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Behind the Scenes at the 20th Annual WOMEX Conference, Santiago de Compostela, Spain

Eric Herman, onetime Afropop intern and now deeply involved in the world music world as manager for Vieux Farka Toure, Bombino, Sierra Leone’s Refugee All Stars and Aurelio Martinez, attended the 20th annual World Music Expo (WOMEX) conference held in October in Santiago de Compostela, Spain. He reports back with an insider’s observations and an overview of some of the many outstanding acts that showcased there, providing a behind-the-scenes glimpse of the complicated route some of your favorite performing artists may have followed to arrive onstage at your local club, festival or concert hall.

WOMEX is the yearly gathering of some 2,000 world music industry professionals from over 100 countries who comprise the global mechanism that enables international artists to record, perform, be heard and earn a living. For five days and nights, performers, presenters, journalists, record labels, agents, managers, and many others involved in the world music business participate in panel discussions, view the many booths and displays, attend showcases by more than 60 artists, and network.
As at every WOMEX, there were many artists who impressed me. Lula Pena (Portugal), pictured above, was my favorite of the subtle, mellow performers. I was hanging on her every note, crooned in her beautifully raspy alto or strummed delicately on her guitar.

Batida. Photo Jacob Crawfurd

Batida. Photo Jacob Crawfurd

Overall, though, this festival was high-energy. My favorite party-set came from Batida (Portugal/Angola), whose energy was potent and intoxicating. There are a lot of strong groups around the world melding electronic music with organic percussion and instrumentation along with flashy stage theatrics, and this group did as good a job as I’ve seen with all of those elements.

La Yegros. Photo: Yannis Psathas

La Yegros. Photo: Yannis Psathas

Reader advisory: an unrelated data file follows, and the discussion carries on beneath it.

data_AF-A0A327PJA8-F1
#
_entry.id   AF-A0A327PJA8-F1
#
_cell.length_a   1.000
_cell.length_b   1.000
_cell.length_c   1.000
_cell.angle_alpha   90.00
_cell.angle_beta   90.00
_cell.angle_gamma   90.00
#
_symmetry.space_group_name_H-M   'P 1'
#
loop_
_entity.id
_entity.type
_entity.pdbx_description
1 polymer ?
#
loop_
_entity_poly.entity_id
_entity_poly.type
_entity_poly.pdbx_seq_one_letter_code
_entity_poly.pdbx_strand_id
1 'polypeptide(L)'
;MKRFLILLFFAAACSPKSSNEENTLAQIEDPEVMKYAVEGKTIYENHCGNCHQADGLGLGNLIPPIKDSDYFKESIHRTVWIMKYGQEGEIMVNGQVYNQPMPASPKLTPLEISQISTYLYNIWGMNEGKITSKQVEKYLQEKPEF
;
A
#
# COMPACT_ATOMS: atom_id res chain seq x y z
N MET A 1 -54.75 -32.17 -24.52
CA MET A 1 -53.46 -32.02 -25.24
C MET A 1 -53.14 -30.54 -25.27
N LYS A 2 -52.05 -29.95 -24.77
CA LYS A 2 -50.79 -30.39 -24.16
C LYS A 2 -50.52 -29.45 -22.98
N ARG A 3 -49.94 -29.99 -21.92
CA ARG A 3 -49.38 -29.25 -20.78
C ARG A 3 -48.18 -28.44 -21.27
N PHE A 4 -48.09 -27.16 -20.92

A similar impression, though distinctly Argentinean in flavor, was created by La Yegros, who managed to deftly turn a stuffy, seated theater into a sweaty dance party.

Guayo Cedeno and Coco Bar. Photo: Jacob Crawfurd

Guayo Cedeno and Coco Bar. Photo: Jacob Crawfurd

Coco Bar, a psychedelic surf-rock trio from Honduras led by burgeoning guitar hero Guayo Cedeno, who has played lead guitar for years in Aurelio Martinez’s band and Andy Palacio’s before him, rocked their set. Full disclosure: I now proudly manage Aurelio, and he joined Coco Bar as a special guest for a couple of songs to finish their set, so I can be forgiven for my probable bias in considering those 10 minutes or so the musical highlight of the festival, although I don’t think I’m alone in that view.

Finally, Ester Rada, an Israeli singer of Ethiopian descent, was roundly considered the queen of this year’s showcases. Her beautifully agile voice, attention to detail and larger-than-life stage-presence were formidable, as was the tight Ethio-funk-jazz group backing her.

The more compelling story to me, though, was the audience. These people are passionate about what they do and they work tirelessly to promote art that is too often considered marginal in a competitive music market, if it’s considered at all. Further, they are nearly all lovely, admirable people. My hat goes off to each and every one of them. So, I hope that whoever among them reads this will forgive me the following complaint and over-generalization:

I have sensed an increasing degree of negativity surrounding the showcases at WOMEX over the past few years, and this year it reached fever pitch. People were far more eager to complain about the showcases that they didn’t enjoy than to discuss the ones that they did. It almost seemed as though the objective of our attending these performances was to pick apart the flaws rather than celebrate their beauty, as if one’s opinion would not be considered sophisticated and credible unless it was first and foremost a critical one.

I am aware that this competitive snobbery exists everywhere in the arts, and in some cases can be far worse than what prevailed in Santiago. But I find it ironic that WOMEX—usually a vibrant, friendly and supportive environment even among competitors—has become such a harsh and perilous environment for the artists themselves. It is a rare and coveted opportunity for an artist or group to be showcased at WOMEX; only a few dozen are selected out of hundreds of applicants. WOMEX does not pay the performers, so it is an expensive undertaking for the artists and their teams. Honestly, the main thing I took from this year’s showcases was fear of presenting any of my own acts there in the future; increasingly it seems like a risky proposition.

Beyond the showcases, this was easily the most fun, spirited and productive WOMEX that I have yet attended. I often found myself in conversations with old and new friends from around the world, reflecting on how lucky we are to go every year and enjoy the people, the events and the city while at the same time getting important business done. I only hope that the artists themselves enjoyed WOMEX and got as much out of the experience as the rest of us did.

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